As an artist I'm naturally very messy. Art and creativity art about making a 'masterpiece' out of a mess. So, of course, in my daily life I try to control my surroundings, my affect, my response. My life is "neatly" gathered up in one vinyl-covered black date book I carry with me everywhere. I would be lost without it because the true me is such a free-spirit that without that book I wouldn't know what day it is most of the time or where to be. (That's the draw back being a satellite instructor). I suppose that's why I haven't "had the time" to really experience how I feel about all this illness and mortality stuff, except in the short bursts of breath, or in prayer. Lately, I've stopped praying - too much sadness. I don't blame G-d at all. I don't think I have since I was little and didn't have full comprehension of my health. My rabbi asked me where G-d is in all of this. I told him point blank: "right here, I'm the one that runs away". I haven't been able to make myself schedule some "reflection time" (or, runaway time) because you just can't force that.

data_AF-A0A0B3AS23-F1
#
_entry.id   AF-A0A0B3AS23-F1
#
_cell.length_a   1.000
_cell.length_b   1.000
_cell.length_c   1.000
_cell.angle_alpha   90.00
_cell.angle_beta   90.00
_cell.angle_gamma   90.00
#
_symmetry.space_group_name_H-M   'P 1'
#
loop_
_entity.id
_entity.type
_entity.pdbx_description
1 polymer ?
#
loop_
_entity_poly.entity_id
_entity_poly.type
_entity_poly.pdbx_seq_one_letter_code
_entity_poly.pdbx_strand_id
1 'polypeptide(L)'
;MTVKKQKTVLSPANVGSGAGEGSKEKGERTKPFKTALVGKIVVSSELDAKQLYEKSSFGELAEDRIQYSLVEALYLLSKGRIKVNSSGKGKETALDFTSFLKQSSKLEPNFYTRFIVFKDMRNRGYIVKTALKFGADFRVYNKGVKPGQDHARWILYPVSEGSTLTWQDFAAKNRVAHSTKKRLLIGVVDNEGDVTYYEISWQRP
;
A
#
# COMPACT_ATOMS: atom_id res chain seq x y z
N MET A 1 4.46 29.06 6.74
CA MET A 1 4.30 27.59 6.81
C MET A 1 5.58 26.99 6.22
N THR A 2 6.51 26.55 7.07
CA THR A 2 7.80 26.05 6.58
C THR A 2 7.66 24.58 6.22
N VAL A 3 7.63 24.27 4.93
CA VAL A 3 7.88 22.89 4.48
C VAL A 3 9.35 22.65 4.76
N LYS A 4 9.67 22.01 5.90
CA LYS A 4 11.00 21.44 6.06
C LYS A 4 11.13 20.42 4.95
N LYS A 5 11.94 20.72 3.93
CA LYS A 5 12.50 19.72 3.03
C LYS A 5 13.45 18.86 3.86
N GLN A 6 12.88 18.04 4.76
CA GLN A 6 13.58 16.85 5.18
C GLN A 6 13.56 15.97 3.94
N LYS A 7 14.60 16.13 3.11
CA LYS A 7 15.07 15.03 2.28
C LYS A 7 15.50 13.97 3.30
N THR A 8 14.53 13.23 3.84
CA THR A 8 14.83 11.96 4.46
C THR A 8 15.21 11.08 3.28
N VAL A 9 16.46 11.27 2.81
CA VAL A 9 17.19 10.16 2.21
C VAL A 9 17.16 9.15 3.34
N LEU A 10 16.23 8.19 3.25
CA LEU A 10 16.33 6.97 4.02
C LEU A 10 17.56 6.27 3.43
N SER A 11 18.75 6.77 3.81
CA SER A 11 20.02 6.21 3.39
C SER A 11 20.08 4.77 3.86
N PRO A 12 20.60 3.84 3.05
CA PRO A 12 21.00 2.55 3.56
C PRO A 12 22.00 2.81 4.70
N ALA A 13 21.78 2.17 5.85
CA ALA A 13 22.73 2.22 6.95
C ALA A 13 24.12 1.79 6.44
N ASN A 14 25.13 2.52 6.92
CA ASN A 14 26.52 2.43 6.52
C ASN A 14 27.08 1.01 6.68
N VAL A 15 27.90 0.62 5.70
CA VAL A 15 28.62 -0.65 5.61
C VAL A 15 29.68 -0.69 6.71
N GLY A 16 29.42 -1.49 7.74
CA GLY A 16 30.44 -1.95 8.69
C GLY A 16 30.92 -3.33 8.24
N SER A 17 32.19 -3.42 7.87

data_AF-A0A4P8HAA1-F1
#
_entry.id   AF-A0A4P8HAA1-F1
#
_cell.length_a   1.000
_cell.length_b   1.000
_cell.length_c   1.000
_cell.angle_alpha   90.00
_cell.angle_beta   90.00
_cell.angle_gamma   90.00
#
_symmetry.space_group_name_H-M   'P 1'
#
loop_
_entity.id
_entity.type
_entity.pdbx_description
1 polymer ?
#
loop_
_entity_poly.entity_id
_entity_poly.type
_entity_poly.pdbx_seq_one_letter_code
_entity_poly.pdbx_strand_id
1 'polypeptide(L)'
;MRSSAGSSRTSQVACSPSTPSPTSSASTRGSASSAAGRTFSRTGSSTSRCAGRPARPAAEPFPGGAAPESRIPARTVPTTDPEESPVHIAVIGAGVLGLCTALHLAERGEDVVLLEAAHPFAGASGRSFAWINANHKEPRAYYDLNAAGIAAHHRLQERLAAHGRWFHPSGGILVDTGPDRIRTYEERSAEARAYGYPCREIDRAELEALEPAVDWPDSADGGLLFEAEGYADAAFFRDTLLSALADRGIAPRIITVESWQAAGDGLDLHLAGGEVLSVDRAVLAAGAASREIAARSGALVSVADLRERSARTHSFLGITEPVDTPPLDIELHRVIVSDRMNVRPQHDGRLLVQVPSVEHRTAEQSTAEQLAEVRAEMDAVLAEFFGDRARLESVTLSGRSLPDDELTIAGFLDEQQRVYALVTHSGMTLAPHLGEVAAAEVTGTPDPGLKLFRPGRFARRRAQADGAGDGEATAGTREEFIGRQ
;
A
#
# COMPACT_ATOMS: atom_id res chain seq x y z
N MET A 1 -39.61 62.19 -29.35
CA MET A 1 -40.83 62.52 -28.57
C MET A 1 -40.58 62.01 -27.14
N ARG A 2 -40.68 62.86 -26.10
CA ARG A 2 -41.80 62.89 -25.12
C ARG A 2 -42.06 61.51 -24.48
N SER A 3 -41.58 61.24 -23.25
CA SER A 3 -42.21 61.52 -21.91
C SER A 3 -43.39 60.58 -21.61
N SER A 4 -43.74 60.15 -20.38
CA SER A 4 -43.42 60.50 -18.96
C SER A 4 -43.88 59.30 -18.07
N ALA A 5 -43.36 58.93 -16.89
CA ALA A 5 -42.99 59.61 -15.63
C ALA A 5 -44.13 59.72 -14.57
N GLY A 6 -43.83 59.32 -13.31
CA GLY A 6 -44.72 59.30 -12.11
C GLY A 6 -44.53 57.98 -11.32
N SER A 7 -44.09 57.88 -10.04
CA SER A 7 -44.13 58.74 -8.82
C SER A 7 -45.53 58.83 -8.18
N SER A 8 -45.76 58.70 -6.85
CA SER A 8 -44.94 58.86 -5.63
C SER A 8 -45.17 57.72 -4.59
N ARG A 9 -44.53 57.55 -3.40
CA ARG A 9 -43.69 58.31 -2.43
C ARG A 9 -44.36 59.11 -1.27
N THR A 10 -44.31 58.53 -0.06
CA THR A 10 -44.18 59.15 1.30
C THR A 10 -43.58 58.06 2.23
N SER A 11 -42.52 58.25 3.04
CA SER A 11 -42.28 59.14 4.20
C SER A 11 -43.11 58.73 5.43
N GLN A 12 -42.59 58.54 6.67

I can however, return to my old tool: driving. Not the kind of city driving I do: going to and from work, school, meetings, appointments etc. with all the starting and stopping that completely obliterates any possibility of reflection. The kind of driving I'm referring to is the long-distance, usually Montreal bound driving that I miss. I spent most of my 20s on the highway between here and there, literally. And for occasions when I needed more reflection time it was TO bound down the 401. Stereo in car, good tunes, some snacks and the sun at my back, the thinking and reflection would begin.